South America Drive

Salta to the Chilean Border

July, 25 2014

“We left before sunrise. Long drive today. New border crossing. Heading back to Chile. Learned the definition of Argentine is ‘pertaining to, or resembling silver;’ seems perfect. “

DSC07553We left Salta when the sky was just beginning to lighten. We drove along the river. The sun was at least an hour from cresting the ridge.





DSC07552 Initially, we wondered if we were going the right way. No signs. This is a brand new road: still dirt and roaming with construction vehicles. The old road can be seen below, on the opposite side of the river.




Every once in awhile, I get a picture I call “sofa” pictures. I envision blowing it up and framing it to hang behind the sofa. This is one of those pics. We passed this in the early morning; the sun was just hitting the farthest hill. The colors were just beginning to develop.


I really do not have much to say in this post. Pictures of what we saw will be worth …more than words.



The elements dramatically carved the mountains.






Laundry day gave a bit of color to an otherwise muted landscape.






It is still early, the sun has not hit much of the hills, but the colors are intensifying.






Rural homes were often quite basic.








Another “sofa” shot, the sun has begun to light the distant hills.





A tiny, quaint cemetery. You can imagine how the color will pop on the red hills behind.




This gives you an idea of how cold it was at this elevation. The river gradually froze, leaving behind a work of art.






And we thought some of the roads we drove were frightening – look at what we would have driven a few years ago!





We have reached the pass through the mountains. Vendors huddle to keep warm, ready to pop up from their rock shelter if a car stops.  The top of Pike’s Peak is just over 14,000 feet; this pass was close at 13,400 feet.





Heading back down. We are getting close to the border.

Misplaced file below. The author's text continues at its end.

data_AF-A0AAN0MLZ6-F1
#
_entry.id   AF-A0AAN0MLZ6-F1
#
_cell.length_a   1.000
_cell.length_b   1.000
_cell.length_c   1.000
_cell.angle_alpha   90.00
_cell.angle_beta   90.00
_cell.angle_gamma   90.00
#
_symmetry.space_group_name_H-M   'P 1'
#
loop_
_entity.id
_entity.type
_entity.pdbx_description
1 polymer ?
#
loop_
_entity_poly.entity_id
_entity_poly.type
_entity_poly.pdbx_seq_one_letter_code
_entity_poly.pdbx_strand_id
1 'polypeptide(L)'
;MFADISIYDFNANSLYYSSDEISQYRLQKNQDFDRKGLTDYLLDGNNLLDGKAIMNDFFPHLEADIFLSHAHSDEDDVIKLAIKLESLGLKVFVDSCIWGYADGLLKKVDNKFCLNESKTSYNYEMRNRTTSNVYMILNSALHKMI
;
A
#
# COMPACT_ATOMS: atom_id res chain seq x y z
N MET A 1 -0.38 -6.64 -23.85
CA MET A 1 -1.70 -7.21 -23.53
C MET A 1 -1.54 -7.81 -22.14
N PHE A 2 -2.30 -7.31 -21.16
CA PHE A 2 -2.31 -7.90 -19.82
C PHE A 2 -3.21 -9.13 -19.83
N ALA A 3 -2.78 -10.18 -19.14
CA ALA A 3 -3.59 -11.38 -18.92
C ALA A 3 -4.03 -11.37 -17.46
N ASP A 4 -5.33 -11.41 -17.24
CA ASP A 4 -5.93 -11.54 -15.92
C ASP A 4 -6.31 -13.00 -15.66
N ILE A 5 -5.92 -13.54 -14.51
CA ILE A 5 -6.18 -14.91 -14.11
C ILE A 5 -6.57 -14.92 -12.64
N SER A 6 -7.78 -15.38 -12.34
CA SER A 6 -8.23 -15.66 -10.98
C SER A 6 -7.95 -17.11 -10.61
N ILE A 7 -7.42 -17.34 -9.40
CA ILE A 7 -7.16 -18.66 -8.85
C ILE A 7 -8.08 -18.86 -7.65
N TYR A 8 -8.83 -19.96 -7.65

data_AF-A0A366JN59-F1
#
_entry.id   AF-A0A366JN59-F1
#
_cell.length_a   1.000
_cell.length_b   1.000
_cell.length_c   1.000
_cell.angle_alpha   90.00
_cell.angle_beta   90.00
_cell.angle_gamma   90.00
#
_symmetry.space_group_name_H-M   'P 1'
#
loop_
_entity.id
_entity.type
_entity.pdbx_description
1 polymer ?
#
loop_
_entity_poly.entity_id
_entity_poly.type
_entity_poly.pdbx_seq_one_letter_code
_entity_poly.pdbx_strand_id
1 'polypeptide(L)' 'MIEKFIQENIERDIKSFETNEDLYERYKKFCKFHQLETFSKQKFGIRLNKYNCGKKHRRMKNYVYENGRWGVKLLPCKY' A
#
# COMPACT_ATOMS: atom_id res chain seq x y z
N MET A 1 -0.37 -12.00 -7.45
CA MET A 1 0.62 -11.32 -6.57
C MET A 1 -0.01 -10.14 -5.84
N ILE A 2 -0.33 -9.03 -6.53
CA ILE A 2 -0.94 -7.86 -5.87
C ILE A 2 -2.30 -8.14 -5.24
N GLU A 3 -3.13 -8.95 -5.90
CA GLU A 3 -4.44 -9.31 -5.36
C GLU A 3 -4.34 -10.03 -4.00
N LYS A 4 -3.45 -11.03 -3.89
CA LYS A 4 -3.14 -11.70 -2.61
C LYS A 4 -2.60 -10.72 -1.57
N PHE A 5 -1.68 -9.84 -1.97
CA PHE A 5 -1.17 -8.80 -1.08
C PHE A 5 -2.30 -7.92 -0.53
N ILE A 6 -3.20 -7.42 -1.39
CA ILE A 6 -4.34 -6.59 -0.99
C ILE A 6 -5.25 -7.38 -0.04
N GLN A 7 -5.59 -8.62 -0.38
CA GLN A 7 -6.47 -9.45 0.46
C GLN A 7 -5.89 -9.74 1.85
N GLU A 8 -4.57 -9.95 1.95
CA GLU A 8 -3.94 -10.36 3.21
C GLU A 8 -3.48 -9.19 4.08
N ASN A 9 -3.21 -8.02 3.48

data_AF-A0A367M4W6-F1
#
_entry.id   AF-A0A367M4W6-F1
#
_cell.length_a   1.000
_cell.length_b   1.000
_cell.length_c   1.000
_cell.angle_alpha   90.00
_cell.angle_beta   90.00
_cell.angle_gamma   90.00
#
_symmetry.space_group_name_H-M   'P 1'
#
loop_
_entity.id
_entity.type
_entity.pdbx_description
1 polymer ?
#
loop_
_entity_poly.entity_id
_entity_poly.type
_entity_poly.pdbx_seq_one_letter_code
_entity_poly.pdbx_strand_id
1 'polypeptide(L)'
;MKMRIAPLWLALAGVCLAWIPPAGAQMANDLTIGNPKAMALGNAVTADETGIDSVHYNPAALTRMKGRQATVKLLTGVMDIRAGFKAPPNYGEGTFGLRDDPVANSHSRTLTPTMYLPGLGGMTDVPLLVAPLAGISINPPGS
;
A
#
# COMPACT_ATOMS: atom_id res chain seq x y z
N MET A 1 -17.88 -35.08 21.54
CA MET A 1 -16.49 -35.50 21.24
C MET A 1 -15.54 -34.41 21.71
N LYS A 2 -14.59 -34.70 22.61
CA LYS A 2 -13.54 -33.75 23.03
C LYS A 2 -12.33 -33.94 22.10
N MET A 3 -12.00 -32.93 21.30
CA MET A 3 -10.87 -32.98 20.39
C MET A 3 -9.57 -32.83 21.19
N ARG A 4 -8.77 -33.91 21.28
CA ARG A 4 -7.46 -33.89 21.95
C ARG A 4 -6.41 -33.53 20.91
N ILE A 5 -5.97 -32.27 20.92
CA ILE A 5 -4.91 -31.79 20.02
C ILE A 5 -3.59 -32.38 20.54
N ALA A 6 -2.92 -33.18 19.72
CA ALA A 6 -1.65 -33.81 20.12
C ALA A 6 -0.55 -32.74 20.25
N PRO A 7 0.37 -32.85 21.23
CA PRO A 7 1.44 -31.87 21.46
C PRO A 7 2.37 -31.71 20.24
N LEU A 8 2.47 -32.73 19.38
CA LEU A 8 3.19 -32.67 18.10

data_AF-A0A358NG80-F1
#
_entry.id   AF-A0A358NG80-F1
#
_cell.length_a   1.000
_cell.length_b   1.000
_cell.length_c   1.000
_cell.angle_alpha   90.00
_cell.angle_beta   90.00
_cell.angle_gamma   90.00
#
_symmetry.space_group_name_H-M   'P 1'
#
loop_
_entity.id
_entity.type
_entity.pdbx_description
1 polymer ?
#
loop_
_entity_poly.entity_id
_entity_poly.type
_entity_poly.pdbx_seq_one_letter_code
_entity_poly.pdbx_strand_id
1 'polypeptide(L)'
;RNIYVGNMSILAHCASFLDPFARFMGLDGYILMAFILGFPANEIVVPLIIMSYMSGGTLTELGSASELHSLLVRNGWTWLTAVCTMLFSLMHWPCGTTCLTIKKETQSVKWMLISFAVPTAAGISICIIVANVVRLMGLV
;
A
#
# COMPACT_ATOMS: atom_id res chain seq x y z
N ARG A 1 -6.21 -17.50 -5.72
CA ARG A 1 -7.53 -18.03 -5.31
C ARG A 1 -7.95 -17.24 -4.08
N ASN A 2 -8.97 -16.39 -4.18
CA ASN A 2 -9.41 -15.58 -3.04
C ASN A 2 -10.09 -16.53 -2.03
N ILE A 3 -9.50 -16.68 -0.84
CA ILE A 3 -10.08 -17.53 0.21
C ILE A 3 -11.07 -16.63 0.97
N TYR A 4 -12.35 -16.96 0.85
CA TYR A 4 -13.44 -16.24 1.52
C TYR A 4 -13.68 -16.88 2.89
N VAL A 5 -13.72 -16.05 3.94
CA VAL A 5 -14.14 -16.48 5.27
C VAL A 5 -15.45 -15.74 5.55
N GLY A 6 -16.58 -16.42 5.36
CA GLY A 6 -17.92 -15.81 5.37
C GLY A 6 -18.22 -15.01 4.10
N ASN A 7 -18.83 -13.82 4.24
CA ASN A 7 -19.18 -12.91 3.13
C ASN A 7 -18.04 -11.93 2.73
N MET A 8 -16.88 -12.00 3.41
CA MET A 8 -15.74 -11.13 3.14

IMG_0525We reached the town of San Antonio. The ONLY place to get gas along this route. Make sure to have cash in Argentine pesos. We had used ours up since we would not want them after crossing the border. We lucked out finding an ATM that worked. Not sure what we would have done otherwise. The gas station definitely would not take ANY other currency …or a card.



We caught a picture of this burro just before he went indoors.





The border was just ahead on this dirt road. Would have hated to run out of gas here.





I don’t think he ran out of gas. We could see the tracks this car left as it went down the hill. Not sure if the rock slide had anything to do with their detour.






Beautiful, but lonely.





A salty mountain lake.





IMG_0527-001We stopped to stretch our legs and let the dogs run. We make frequent stops for the dogs. Always checking out the surroundings. Takes a bit to find the right place: no glass or debris to harm doggie paws, no burs, no mud, and no bulls! Once when we were not paying attention, Sedona went nose to nose with a huge bull. Both just seemed curious. Freaked us out to think what could have happened.

We had now spent a total of 240 days in Argentina. This was broken up by a 4 month trip into Chile and one month in the USA. We needed to continue our travels towards Colombia.

I will now take us back to November of 2013. We were leaving southern Argentina and about to do our southernmost driving in Chile. At the Perito Moreno Glacier, we had reached the most southern point of our travels in South America. After a lot of discussion, we decided not to drive to Tierra del Fuego. The route had frequent warnings for extreme winds (very flat) and we did not feel it was worth our time unless we were en route to Antarctica.

So . . . Chile, here we come!

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